More Smithsonian scientists

Dr. Clyde Roper, squid expert, explains how he developed a passionate interest in the giant squid ( Architeuthis dux) in this excerpt of "Eyeball to Eyeball," an episode of Errol Morris' First Person...
On August 23, 2011 a magnitude 5.8 earthquake struck the East Coast of the United States. The earthquake map shown here, generated by the U.S. Geological Survey and regional seismic network operators...
For over a decade, Smithsonian Arctic Archaeologists have been investigating an early European whaling site at Hare Harbor in Quebec, Canada . The site and the artifacts that have been recovered has...
At Carrie Bow Cay in Belize , Dr. Candy Feller explains her research on the effect of excess nutrients on mangrove swamps. Feller runs the Animal-Plant Interaction Lab at the Smithsonian...
Scientists at the Smithsonian and partnering organizations have discovered a remarkably primitive eel in a fringing reef off the coast of the Republic of Palau . This fish exhibits many primitive...
The sargassum is coated with encrusting organisms, such as bryozoans and hydroids, that use it as a perch to filter feed in the oceanic waters, as well as crustaceans such as thos swimming crab...
Coral reefs are the most diverse of all marine ecosystems. They teem with life, with perhaps one quarter of all ocean species depending on reefs for food and shelter. This is a remarkable statistic...
Paleobiologist Dr. Nicholas Pyenson, Curator of Fossil Marine Mammals for the Smithsonian's National Museum of Natural History, has packed his bags for an expedition to Panama to excavate a fossil...
Using genetic analysis combined with traditional study of morphology, Smithsonian scientist Dr. Carole Baldwin and her team discovered that what were thought to be three species of the fish are...
The acidic waters from CO 2 seeps can dissolve shells and also make it harder for shells to grow in the first place. Read more about how reef scientist Laetitia Plaisance uses carbon dioxide seeps to...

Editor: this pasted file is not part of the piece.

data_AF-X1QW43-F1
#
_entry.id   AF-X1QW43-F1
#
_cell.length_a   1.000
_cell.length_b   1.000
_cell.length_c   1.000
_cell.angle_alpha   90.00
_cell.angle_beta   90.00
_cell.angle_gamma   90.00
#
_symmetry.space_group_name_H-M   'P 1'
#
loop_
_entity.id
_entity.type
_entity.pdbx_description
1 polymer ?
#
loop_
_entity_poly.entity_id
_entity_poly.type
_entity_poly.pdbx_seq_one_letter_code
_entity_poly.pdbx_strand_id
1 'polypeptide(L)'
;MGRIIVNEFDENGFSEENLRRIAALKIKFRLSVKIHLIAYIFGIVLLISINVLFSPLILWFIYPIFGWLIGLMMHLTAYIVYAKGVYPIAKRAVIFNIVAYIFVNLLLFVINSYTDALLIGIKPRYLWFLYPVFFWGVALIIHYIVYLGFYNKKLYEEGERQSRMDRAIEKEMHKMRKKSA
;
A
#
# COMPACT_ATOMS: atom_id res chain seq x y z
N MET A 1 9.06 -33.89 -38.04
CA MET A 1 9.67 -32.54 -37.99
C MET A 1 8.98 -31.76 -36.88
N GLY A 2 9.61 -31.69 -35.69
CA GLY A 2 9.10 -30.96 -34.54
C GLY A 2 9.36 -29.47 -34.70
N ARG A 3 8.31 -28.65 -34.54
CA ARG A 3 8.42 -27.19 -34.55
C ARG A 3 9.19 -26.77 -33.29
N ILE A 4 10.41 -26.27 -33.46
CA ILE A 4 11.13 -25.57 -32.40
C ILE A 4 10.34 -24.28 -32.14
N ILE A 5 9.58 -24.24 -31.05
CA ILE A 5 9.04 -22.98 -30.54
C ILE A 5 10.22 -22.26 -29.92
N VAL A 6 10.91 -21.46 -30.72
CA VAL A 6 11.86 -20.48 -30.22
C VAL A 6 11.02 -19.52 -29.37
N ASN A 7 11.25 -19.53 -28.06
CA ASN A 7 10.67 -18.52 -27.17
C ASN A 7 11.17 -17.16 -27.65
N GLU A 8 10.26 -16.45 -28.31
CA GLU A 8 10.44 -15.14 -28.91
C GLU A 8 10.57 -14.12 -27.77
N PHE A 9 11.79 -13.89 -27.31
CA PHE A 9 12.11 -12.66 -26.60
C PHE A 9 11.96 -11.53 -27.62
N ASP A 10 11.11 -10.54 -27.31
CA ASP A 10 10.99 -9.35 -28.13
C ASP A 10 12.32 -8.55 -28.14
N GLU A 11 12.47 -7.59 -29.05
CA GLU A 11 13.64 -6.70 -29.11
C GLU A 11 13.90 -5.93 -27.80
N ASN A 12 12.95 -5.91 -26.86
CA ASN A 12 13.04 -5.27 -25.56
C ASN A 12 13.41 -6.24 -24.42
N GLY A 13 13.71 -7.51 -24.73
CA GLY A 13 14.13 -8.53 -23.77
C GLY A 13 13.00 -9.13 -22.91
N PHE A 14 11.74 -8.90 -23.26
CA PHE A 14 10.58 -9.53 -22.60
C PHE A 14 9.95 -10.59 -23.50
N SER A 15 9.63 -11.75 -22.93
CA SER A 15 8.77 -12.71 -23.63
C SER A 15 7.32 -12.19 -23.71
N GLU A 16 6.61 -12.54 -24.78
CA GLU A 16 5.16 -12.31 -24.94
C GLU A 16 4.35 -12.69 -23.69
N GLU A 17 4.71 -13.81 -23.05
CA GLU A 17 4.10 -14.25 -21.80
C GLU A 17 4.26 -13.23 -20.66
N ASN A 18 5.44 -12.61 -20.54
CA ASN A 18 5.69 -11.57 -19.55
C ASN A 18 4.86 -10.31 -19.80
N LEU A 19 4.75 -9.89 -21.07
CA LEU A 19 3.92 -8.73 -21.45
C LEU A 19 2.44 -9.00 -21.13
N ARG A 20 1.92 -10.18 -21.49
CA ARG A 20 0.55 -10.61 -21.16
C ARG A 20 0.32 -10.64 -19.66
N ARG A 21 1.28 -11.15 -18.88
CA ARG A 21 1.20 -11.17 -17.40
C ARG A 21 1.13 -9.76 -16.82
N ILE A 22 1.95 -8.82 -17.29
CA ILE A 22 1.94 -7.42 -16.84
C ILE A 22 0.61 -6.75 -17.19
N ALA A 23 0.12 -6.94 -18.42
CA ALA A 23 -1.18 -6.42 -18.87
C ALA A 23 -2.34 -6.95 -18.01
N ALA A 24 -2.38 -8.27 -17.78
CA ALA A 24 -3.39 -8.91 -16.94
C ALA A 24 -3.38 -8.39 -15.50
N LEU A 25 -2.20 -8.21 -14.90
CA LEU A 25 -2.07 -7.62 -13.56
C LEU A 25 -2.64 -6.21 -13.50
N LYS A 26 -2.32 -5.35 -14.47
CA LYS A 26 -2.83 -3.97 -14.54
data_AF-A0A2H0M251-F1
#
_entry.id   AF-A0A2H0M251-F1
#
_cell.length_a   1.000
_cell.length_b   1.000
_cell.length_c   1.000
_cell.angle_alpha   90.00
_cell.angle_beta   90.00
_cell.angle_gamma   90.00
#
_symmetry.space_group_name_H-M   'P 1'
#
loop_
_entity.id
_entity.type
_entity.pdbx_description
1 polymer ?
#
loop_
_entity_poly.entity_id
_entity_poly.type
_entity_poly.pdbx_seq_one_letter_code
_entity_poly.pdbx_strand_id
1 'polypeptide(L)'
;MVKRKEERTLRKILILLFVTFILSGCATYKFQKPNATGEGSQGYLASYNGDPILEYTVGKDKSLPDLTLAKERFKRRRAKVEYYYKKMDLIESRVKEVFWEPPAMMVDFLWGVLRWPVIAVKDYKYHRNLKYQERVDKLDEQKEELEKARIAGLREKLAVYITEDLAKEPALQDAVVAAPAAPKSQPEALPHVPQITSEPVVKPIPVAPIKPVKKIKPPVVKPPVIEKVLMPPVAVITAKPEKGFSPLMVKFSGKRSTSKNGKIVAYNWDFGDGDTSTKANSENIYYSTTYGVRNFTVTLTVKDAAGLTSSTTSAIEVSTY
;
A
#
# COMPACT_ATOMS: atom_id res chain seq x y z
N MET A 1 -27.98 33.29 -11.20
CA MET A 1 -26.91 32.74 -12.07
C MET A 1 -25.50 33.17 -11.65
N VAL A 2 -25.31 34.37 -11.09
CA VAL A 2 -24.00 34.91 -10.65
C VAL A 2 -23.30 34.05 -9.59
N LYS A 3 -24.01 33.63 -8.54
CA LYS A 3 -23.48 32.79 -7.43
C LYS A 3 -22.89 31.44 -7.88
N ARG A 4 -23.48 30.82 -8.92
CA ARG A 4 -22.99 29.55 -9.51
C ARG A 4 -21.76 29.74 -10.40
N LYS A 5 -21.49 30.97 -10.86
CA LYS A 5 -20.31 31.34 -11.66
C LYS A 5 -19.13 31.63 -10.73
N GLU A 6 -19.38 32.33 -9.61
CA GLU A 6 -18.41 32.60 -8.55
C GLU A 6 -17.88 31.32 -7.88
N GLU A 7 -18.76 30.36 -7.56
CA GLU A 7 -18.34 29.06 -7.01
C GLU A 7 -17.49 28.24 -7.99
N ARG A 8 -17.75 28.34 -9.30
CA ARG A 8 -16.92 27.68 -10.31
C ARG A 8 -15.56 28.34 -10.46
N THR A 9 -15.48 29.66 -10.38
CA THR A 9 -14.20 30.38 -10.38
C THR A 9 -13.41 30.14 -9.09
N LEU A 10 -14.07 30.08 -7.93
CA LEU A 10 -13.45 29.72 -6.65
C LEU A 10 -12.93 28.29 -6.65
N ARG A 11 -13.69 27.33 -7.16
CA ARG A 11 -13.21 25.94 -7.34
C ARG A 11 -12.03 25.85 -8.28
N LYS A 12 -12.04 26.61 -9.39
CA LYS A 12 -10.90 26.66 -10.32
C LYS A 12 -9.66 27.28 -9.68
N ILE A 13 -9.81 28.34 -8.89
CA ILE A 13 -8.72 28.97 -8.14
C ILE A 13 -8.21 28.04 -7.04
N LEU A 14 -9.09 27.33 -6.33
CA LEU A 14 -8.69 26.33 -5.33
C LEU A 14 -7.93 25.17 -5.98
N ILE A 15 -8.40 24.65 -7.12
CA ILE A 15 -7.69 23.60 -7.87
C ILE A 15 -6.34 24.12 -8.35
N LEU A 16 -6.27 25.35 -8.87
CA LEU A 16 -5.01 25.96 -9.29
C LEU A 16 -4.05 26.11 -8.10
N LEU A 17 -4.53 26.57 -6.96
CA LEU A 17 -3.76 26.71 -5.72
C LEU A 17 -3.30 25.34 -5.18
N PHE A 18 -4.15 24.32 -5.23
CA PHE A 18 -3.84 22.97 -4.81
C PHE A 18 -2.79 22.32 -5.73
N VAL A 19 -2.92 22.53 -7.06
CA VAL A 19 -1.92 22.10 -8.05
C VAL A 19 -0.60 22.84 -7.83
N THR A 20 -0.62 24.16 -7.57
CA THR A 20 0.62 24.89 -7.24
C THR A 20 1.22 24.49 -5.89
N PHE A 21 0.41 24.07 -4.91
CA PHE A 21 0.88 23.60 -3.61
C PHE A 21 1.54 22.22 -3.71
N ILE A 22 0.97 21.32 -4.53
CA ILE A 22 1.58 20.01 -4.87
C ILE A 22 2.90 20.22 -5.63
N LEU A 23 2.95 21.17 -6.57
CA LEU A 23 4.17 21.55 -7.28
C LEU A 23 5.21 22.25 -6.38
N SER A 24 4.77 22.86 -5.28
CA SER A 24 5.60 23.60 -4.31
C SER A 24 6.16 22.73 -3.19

To people living in warm climates, all ice looks the same. But if you live day-in and day-out on sea ice, like the Inupiaq people of Alaska, you would find that there are many kinds of ice, all...
A male mudflat fiddler crab ( Uca rapax ) waves its huge claw to impress females and threaten competitors. Only the males have the large claw. When the tide is high, fiddler crabs retreat to their...
Charles Potter (left) and Dr. James Mead of the Smithsonian perform a post-mortem examination on a goose-beaked whale specimen sent to them by colleagues at Portland State University.
Paeleobiologist Dr. Nicholas Pyenson, Curator of Fossil Marine Mammals for the Smithsonian's National Museum of Natural History (NMNH), set out with Jorge Velez-Juarbe, NMNH Research Student and Ph...
Jacques Cousteau once said, “When you dive, you begin to feel like an angel." It’s true. When a diver dons a tank and slips into the water, the noisy clatter of the world disappears and the sensation...
This month, our friends at National Geographic are featuring Smithsonian's own bio-scavenger, Chris Meyer and his work in one of our favorite places: Moorea , French Polynesia. In a beautiful meld of...
In Edgewater, Maryland, scientists at the Smithsonian Environmental Research Center examine the influences of climate change, excess nutrients, and surrounding habitats on mangroves. They have also...
The Palauan primitive cave eel ( Protanguilla palau ) has an evolutionary history that dates back some 200 million years . Because of this and the fact that it has retained some primitive features,...
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